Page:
Japanese And European Mobile Are Not So Different, But Europe’s Operators Have A Lot To Learn, Forrester Argues
One-third of Japanese consumers use one of the country’s three mobile Internet services — NTT DoCoMo’s i-mode, KDDI’s ezWeb, and J-Phone’s J-Sky. Meanwhile, less than 2% of Europeans use WAP. How can the Japanese be so different? According to a new brief by Forrester Research B.V. (Nasdaq: FORR), the startling answer is that they’re not. Europeans embrace exactly the same data services as the Japanese do — but in the form of SMS, not WAP.
“The story’s the same in both Europe and Japan where mobile phones reach more than half of all consumers — 58% penetration in Japan against 65% in Europe,” said Matthew M. Nordan, research director at Forrester. “Equally, there’s parity in the popularity of mobile applications. In both Japan and Europe, messaging is the top data application, ring tones and picture downloads come next, followed by news, weather, and sports information.”
With SMS in the picture, Europe stands slightly ahead of Japan in mobile data adoption, but mobile Internet technologies are thriving in Japan while WAP has failed to displace SMS in Europe. The reasons are threefold. Japan has better networks that give consumers instant-on, push-capable mobile data services. SMS offers Europeans the same crisp experience, but WAP over Europe’s GSM networks doesn’t. Japanese operators dictate handset standards to manufacturers, so all phones give users the same smooth online experience. In Europe, manufacturers set the rules — yielding confusion and incompatibilities. And while European operators pursued “walled-garden” approaches, Japanese operators encouraged open content creation and marketed through mass media, phone shops, and on-street demonstrations.
In contrast to Japan, where mobile Internet adoption rose sharply, Europeans will only gradually migrate as networks get upgraded for fast, instant-on data that matches SMS. Firms can get ahead now by importing Japanese know-how to build back-end expertise, marketing acumen, winning content, and handset technology.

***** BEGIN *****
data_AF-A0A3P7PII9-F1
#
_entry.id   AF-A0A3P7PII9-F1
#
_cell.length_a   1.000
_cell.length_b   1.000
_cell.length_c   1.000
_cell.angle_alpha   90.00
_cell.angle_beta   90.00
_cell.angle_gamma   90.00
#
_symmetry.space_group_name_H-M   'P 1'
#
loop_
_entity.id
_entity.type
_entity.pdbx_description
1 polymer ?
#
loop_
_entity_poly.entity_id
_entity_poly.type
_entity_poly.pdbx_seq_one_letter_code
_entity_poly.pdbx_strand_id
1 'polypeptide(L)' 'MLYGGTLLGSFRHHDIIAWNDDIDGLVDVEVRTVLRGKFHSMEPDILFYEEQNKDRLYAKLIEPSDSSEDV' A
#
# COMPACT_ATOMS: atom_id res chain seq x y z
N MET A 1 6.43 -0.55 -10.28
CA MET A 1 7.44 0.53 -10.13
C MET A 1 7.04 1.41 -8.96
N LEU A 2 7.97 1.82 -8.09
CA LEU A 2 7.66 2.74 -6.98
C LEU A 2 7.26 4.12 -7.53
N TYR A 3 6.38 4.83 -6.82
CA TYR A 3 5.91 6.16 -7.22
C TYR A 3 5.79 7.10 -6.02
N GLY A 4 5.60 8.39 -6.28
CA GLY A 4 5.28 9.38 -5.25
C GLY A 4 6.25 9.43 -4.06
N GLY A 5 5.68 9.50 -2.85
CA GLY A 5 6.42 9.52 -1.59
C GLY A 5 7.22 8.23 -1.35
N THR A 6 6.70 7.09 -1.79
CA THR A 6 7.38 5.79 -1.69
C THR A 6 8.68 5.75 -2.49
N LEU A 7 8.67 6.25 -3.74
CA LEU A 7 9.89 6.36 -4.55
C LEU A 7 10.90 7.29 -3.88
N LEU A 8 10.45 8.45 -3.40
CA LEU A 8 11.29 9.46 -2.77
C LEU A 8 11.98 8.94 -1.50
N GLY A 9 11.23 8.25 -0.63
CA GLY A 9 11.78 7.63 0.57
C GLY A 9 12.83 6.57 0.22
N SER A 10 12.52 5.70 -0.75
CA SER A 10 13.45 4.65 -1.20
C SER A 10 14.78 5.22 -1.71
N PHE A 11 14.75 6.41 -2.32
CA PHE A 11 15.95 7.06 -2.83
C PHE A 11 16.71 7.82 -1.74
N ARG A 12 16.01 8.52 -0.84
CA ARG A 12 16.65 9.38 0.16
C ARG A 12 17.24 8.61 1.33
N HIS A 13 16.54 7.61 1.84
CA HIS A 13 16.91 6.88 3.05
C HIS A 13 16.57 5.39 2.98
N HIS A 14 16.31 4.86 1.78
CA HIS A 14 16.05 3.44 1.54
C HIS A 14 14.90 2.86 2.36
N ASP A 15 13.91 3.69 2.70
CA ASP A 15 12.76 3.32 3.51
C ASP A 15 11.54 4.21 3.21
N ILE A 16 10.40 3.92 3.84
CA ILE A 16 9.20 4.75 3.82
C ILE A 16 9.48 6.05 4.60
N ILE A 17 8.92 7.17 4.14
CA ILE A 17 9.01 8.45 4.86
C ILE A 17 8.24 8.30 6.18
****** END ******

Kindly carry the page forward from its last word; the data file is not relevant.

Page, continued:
“Japan’s mobile Internet boom hinged on pay-per-use billing options and content distribution facilities,” Nordan added. “Dutch telco KPN should tap its stakeholder DoCoMo for these capabilities — not for the i-mode brand. Few European operators have successfully marketed new data services, whereas independent phone shops like The Carphone Warehouse have succeeded. The UK phone shop leveraged its physical distribution network to make Mviva, its mobile portal joint venture with AOL, a strong competitor to mobile portals run by the operators it sells subscriptions for. Vodafone should mimic how its Japanese subsidiary J-Phone uses retail outlets as education centers for new services like mobile photos. European media giants like Endemol can learn how to manage content in multiple formats from Japanese specialists like CYBIRD, which develops and hosts Disney’s content across Japan’s three incompatible mobile Internet services. Finally, the operator-developed mServices standard shows that Europe’s handset business is becoming like Japan’s. Matsushita or Sony Ericsson could take a bite out of Nokia by building phones to spec for operators like Vodafone or Orange.”